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Climate Change Disaster Is Upon Us, Warns U.N.
2007-10-06 03:28:14
Emergency chief calls for swift action; 12 out of 13 "flash" emergency aid appeals in 2007 related to weather.

A record number of floods, droughts and storms around the world this year amount to a climate change "mega disaster", the United Nation's emergency relief coordinator, Sir John Holmes, has warned.

Sir John, a British diplomat who is also known as the U.N.'s under-secretary-general for humanitarian affairs, said dire predictions about the impact of global warming on humanity are already coming true.

"We are seeing the effects of climate change. Any year can be a freak but the pattern looks pretty clear to be honest. That's why we're trying ... to say, of course you've got to deal with mitigation of emissions, but this is here and now, this is with us already," he said.

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Afghanistan: Militant Attacks Increase, Suicide Bomber Targeted U.S. Troops
2007-10-06 03:27:48
A suicide car bomber attacked an American military convoy Saturday on Kabul's most dangerous road, killing at least one civilian and wounding seven others, said an Afghan official.

Two U.S. and two civilian vehicles were damaged in the attack, said police. Dozens of shops were damaged by the blast.

Health Minister Mohammad Amin Fatemi said one civilian was killed and seven others wounded, including one woman and one child.

Afghan TV reported that an American was also killed and showed footage of what appeared to be a dead body. An Associated Press reporter at the scene said he saw an injured U.S. soldier as well.

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Looking Past The Elephant In The Room
2007-10-06 03:27:24
GOP contenders face the same problem: how to break from President Bush without alienating party faithful.

In a campaign swing through Iowa this week, former senator Fred D. Thompson told voters that Republicans need to look to their past to determine the party's future.

"I think back to 1994," Thompson told a crowd here Tuesday, referring to the conservative "revolution" that swept the GOP to control of Congress. "We need to adhere to the principles that made this party great and that made this country the greatest."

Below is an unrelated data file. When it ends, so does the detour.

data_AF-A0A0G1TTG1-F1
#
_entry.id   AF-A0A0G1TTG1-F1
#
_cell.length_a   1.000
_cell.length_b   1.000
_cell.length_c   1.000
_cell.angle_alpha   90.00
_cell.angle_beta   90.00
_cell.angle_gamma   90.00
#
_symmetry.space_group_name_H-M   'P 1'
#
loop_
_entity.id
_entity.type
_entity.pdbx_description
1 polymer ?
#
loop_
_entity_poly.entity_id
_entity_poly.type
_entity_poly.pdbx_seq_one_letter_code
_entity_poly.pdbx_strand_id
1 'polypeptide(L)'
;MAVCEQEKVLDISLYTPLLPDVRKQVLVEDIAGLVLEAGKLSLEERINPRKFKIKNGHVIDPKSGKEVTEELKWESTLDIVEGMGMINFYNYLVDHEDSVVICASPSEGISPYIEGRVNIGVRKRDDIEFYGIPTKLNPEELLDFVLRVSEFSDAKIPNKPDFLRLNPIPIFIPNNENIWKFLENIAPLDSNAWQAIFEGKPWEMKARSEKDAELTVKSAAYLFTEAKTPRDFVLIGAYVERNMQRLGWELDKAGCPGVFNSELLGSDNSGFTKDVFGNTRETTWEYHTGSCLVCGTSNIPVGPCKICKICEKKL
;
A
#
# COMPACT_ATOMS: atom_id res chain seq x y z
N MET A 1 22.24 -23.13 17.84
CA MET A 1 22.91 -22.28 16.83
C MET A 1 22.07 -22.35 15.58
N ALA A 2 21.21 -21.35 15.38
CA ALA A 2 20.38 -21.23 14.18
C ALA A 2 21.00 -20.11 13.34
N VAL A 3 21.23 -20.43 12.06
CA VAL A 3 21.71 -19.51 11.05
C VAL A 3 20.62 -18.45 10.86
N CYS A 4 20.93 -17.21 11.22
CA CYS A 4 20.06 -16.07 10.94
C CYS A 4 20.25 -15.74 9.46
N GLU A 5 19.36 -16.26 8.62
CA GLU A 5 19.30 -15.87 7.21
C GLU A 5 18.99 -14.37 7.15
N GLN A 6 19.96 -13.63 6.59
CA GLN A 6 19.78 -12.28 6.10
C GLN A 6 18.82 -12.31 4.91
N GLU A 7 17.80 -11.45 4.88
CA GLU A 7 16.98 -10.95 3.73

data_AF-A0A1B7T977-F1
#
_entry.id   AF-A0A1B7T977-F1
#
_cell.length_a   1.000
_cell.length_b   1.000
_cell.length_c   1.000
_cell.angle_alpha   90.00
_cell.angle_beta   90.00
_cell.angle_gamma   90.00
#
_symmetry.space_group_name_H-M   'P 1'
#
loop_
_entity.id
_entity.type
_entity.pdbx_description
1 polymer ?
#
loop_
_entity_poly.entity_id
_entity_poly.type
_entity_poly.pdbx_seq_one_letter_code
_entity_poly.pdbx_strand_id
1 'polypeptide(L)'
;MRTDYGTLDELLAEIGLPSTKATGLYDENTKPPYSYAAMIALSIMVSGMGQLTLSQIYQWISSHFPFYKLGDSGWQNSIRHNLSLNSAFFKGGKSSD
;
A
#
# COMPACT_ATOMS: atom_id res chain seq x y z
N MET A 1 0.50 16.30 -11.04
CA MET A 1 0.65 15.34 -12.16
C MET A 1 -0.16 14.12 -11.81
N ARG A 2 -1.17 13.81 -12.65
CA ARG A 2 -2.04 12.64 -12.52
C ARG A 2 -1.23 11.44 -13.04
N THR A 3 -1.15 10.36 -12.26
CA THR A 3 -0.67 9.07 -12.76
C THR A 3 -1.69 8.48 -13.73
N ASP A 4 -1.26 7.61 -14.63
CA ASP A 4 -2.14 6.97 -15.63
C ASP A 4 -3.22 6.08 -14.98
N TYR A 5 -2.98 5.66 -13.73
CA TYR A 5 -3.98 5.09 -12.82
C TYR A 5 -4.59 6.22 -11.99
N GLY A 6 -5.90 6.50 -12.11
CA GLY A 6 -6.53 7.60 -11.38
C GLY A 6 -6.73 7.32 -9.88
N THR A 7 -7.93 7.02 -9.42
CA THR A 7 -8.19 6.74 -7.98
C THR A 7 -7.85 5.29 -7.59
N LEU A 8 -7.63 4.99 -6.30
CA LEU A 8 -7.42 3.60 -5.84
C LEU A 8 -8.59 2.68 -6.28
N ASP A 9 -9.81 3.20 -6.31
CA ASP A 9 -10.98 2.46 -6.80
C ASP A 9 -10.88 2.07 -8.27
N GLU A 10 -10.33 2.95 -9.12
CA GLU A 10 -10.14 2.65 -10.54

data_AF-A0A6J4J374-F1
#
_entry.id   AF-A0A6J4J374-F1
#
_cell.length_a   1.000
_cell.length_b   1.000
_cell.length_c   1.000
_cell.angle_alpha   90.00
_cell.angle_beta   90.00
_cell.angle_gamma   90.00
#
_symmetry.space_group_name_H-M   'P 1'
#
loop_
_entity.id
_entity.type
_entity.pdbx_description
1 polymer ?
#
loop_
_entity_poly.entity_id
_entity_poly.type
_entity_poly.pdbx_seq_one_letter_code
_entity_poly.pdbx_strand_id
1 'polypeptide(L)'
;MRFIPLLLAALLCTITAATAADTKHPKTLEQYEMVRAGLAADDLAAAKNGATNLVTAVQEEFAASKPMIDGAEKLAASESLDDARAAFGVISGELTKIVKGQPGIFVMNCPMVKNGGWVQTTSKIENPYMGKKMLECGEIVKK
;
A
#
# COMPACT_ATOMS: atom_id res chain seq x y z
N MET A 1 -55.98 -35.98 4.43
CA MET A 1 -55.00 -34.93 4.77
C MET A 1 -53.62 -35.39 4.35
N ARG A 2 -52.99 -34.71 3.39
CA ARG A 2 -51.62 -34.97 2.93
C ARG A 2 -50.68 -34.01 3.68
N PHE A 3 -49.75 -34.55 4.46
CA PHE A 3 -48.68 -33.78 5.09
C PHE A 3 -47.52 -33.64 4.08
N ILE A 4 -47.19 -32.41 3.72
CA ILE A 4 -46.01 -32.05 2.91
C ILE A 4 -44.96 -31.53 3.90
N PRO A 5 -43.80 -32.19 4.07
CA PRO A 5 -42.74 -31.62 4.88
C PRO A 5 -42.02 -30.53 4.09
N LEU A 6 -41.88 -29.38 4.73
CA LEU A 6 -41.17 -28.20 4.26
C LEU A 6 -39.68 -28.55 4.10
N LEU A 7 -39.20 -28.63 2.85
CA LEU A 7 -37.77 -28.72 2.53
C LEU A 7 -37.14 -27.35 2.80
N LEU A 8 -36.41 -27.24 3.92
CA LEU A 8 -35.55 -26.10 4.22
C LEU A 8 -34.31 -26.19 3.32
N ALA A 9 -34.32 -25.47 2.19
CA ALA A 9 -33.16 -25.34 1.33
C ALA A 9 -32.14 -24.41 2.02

Others in the crowded Republican presidential field have different prescriptions for what ails the party. Sen. John McCain (Arizona) is calling for a government that is more aggressive and effective in managing crises at home and abroad. Former Massachusetts governor Mitt Romney contends that the GOP has drifted into an embrace of "big government" and must return to acting as "change-Washington Republicans."

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DOH! Sen. Craig Changes His Mind... Again, Won't Resign
2007-10-06 03:26:47
Though he loses his bid to withdraw his guilty pleas, Craig decides to stay in office, angering some Republican colleagues.

In the latest twist to the Larry E. Craig saga, the Republican senator from Idaho decided Thursday to stay in office for the rest of his term, even after losing a legal bid to withdraw his guilty plea to disorderly conduct in a men's restroom.

Craig said his return to the Capitol after he became entangled in a sex-sting operation had convinced him that he could represent his state's interests while also working to clear his name.

Earlier he had pledged to resign if he lost in court, and his decision to go back on that pledge has surprised and infuriated some of his GOP colleagues. It also complicates the party's struggle to move out from under the cloud of ethical lapses that contributed to the election losses last year, when Democrats gained control of Congress.